Social robots will become family members in the homes of the future

Home robots won’t just be helpers and cleaners—they’ll be teachers and trainers, too.
Home robots won’t just be helpers and cleaners—they’ll be teachers and trainers, too.
Image: AP Photo/Sadayuki Mikami
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This story is part of What Happens Next, our complete guide to understanding the future. Read more predictions about the Future of Home.

I first became fascinated by robots as a child while watching Star Wars. To me, R2D2 and C3PO were about so much more than just the novel, futuristic cool-factor—they were genuine friends and companions to the human characters, and even to each other. They had emotions and were compassionate and loyal. These humanistic qualities forever changed the way I viewed the possibilities and potential of robots in our lives.

These days, fully autonomous robots are no longer just the stuff of science fiction. We send them to explore the depths of oceans and outer space, they work alongside us to manufacture goods, and they drive on our streets. As robots continue to augment industries, it makes sense that they will also have an increased presence in our homes. Just as the goal of every PC business was once to put a computer on every desk, present-day personal robotics companies have the goal of putting a robot in every home.

In some ways, they already are. Though we might not think of them as robots in the Star Wars sense, a growing number of people have robots in their homes that can do things like vacuum the floors (Roomba), play music (Sonos), and order products on demand (Amazon’s Alexa devices). But think beyond the kinds of robots that would just juice your vegetables or do your laundry (although they probably could do that, too). We’re talking about social robots—those built to interact with us as helpful companions, to become new members of the household.

Children around the world are spending more and more time in front of screens, creating a generation of global citizens who have grown up with automated and depersonalized interactions as the norm. Though some people might see robots as just another tool to keep humans isolated from one another (or a technology that will take our jobs), humanistic robots can actually help bring us closer together. They can be designed to deliver a different kind of relationship with people that is not only useful, but emotionally uplifting. They shouldn’t be viewed as replacing humans, but rather as entities that enrich our lives and elevate the human experience.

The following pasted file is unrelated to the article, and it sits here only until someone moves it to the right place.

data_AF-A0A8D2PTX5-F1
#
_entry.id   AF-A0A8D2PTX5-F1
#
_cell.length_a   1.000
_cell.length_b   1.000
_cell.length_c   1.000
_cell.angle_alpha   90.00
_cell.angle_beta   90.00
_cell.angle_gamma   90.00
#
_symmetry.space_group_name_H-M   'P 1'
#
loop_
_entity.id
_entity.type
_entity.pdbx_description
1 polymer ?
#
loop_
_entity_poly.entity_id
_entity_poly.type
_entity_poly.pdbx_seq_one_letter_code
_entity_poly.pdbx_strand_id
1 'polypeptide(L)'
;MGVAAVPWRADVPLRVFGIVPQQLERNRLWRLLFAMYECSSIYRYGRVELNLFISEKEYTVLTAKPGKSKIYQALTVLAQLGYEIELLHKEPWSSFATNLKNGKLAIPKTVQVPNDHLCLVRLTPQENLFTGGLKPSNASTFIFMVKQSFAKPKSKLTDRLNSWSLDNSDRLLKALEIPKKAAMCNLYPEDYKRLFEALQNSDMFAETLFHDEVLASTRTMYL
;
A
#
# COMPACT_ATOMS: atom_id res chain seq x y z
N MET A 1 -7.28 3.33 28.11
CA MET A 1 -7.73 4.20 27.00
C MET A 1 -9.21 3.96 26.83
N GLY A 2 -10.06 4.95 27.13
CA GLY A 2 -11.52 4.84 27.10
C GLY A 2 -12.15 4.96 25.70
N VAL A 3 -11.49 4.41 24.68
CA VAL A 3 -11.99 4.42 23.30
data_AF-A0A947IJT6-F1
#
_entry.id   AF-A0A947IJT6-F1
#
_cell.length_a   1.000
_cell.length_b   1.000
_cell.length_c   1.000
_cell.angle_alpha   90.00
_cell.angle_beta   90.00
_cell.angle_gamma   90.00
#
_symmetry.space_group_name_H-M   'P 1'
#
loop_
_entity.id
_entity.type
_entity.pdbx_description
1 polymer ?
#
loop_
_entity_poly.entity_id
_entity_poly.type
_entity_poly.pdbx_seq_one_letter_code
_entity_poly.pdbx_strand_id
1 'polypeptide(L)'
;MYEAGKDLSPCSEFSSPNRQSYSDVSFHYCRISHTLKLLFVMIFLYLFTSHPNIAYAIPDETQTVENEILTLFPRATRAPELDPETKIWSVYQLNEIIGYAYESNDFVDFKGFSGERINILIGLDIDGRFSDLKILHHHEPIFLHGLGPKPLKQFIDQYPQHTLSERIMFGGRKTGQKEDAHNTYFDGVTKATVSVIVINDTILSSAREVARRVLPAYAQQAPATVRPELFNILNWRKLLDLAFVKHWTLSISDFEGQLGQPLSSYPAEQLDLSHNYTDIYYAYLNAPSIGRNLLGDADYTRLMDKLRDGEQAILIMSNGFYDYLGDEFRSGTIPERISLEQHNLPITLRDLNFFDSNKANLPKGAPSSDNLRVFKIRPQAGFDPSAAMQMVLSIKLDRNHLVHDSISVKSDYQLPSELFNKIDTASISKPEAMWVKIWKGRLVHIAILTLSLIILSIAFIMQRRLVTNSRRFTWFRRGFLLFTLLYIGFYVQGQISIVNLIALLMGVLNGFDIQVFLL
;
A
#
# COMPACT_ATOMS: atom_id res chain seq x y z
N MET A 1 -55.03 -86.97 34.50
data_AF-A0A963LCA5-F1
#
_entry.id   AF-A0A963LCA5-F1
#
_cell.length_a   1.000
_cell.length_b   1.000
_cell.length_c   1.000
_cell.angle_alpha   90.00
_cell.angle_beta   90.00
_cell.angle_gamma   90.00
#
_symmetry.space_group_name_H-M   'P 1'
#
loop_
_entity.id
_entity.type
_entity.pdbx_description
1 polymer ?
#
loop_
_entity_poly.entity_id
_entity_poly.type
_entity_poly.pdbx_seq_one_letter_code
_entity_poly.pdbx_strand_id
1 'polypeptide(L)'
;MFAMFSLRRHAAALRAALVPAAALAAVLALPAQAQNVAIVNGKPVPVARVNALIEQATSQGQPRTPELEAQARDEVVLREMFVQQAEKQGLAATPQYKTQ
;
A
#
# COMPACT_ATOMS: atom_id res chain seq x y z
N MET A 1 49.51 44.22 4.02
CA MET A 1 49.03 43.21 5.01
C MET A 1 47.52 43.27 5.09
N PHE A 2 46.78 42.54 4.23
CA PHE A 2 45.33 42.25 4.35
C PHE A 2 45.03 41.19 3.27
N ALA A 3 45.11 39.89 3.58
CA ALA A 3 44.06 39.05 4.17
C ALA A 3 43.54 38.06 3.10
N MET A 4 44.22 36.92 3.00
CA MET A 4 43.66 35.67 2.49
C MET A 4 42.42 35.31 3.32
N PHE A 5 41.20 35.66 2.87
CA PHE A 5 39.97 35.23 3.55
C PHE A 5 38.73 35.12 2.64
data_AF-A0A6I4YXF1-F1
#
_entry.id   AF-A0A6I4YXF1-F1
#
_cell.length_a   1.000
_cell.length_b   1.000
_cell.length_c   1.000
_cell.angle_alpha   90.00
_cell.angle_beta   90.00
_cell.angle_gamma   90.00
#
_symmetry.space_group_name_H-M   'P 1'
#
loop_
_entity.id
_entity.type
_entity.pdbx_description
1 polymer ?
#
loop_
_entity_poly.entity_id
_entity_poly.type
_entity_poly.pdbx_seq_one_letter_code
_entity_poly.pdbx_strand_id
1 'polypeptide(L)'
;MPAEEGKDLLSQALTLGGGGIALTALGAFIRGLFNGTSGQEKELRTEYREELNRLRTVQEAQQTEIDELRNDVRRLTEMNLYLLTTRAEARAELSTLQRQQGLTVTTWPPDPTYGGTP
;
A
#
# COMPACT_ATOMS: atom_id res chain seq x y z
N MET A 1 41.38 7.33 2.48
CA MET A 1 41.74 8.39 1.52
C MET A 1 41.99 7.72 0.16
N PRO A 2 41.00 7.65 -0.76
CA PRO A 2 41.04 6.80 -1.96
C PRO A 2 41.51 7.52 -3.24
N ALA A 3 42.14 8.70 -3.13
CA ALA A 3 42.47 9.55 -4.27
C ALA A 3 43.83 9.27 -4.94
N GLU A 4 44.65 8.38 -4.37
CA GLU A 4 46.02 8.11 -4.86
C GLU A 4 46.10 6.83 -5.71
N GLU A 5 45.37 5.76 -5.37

Social robots will be uniquely personal. They will be designed with a broad array of functions that serve to benefit everyone from young children and their parents to the elderly. As these relationships develop over time, social robots will learn the preferences of the people they live with and tailor their behavior to meet each person’s individual, unique needs.

In-home social robots will be able to solve many problems that will continue to compound in. In 1970, only 31% of two-parent households saw both parents work full-time. That number has jumped to 46% today and continues to grow substantially each year.

With fewer stay-at-home parents, social robots can serve as personalized practice partners to help with homework and reinforce what children have learned that day in school. Far beyond helping you find recipes and ordering groceries, they can be your personal sous-chef or even help you learn to cook. They can also act as personal health coaches to supplement nutrition and wellness programs recommended by doctors and specialists for an increasingly health-conscious population. As the number of aging-in-place boomers soars, social robots can provide a sense of companionship for retirees while also connecting seniors to the world and to their loved ones, as well as sending doctor-appointment and medication reminders.

Image: Boomerang

When asked to envision a robot in the home, many people immediately think of Rosie, the charming and helpful robot maid from The Jetsons. For others, the term “home robot” feels a little less “Rosie” and a little more “Skynet,” generating concerns about privacy invasion, identity theft, and spying.

As with any intelligent technology that can learn and personalize its offerings to provide improved service, upholding and protecting the privacy of people and the security of their data are critical issues to address in an ethical and responsible way. The onus will fall on the companies who create social robots to ensure that these aspects remain paramount and are considered at each and every stage of development. This way, users can feel secure in their decisions to incorporate these robots into their homes and lives.

Even though robot technology in the home is still a relatively new concept, soon enough it will feel as if we are all living a long time ago, in a galaxy far, far away.

This story is part of What Happens Next, our complete guide to understanding the future. Read more predictions about the Future of Home.